|Ryerson biomedical engineering students Michal Prywata and Thiago Caires’ prosthetic arm is controlled by brain signals.|
|Images: James Kachan|
Two Ryerson University undergraduate biomedical engineering students are changing the world of medical prosthetics with a newly developed prosthetic arm that is controlled by brain signals. The Artificial Muscle-Operated (AMO) Arm not only enables amputees more range of movement as compared to other prosthetic arms but it allows amputees to avoid invasive surgeries and could potentially save hundreds of thousands of dollars, according to a press release. The AMO Arm is controlled by the user’s brain signals and is powered by ‘artificial muscles’ – simple pneumatic pumps and valves – to create movements.
|The AMO Arm can currently move up, down, left and right and can open and close.|
Developed by third-year student Thiago Caires and second-year student Michal Prywata, the AMO Arm is controlled by the brain and uses compressed air as the main source of power. The digital device makes use of signals in the brain that continue to fire even after a limb is amputated. Users wear a head-set that senses a signal – for example, the thought “up” – and sends it wirelessly to a miniature computer in the arm. The computer then compares the signal to others in a database. The resulting information is sent to the pneumatic system, which in turn, activates the arm to create the correct movement. Simulating the expansion and contraction of real muscles, the system makes use of compressed air from a small, refillable tank in the user’s pocket.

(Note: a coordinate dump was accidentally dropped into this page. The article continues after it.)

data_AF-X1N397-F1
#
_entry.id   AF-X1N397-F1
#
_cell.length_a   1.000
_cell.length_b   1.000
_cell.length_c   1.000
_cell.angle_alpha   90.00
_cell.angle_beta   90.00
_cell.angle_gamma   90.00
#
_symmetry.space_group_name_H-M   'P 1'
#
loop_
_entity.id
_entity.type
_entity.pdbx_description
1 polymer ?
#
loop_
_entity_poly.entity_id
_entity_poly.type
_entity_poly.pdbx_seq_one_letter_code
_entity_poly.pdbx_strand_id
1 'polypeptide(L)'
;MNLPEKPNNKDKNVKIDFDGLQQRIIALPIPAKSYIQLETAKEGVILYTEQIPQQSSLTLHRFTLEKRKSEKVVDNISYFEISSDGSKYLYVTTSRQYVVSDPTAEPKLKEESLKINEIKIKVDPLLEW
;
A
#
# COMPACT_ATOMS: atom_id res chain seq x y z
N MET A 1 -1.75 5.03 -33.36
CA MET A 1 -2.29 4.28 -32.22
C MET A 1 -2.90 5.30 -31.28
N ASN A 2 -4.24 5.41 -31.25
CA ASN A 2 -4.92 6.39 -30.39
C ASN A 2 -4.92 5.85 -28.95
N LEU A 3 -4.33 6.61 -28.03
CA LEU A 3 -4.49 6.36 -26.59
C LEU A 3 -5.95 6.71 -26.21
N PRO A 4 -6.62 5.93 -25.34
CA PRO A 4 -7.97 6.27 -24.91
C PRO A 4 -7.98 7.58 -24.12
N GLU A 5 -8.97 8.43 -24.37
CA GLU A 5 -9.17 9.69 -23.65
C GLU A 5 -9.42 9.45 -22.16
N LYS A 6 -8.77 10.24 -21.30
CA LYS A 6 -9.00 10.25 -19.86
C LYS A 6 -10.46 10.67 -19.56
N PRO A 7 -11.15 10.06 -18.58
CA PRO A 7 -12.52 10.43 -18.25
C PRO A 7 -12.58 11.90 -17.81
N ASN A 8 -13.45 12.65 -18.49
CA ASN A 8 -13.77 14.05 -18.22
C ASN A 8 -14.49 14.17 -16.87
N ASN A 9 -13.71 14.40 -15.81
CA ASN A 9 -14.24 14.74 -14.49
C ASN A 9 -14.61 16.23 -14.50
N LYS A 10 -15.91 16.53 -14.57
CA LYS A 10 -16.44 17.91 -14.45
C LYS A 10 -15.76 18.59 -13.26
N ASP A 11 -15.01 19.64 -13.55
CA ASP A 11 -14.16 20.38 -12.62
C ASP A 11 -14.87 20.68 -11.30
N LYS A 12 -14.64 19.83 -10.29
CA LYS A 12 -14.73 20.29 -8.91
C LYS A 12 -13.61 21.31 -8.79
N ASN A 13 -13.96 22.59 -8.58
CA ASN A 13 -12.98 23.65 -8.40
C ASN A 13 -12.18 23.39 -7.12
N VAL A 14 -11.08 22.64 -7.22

Since the device does not include microelectronics or motors, it costs less than other functional prosthetic arms. Also, because the AMO Arm is non-invasive, the period of adjustment for new users is decreased.
“In just 10 minutes of practicing, a person can pick up the mind-control aspect of the technology,” Prywata stated in the release.
Moreover, he says, the AMO Arm will not only benefit amputees, but could also be used as an assistive device on wheelchairs, enabling users to reach things with greater ease. The technology could also be used by the military to facilitate remote operations and in situations requiring robotics.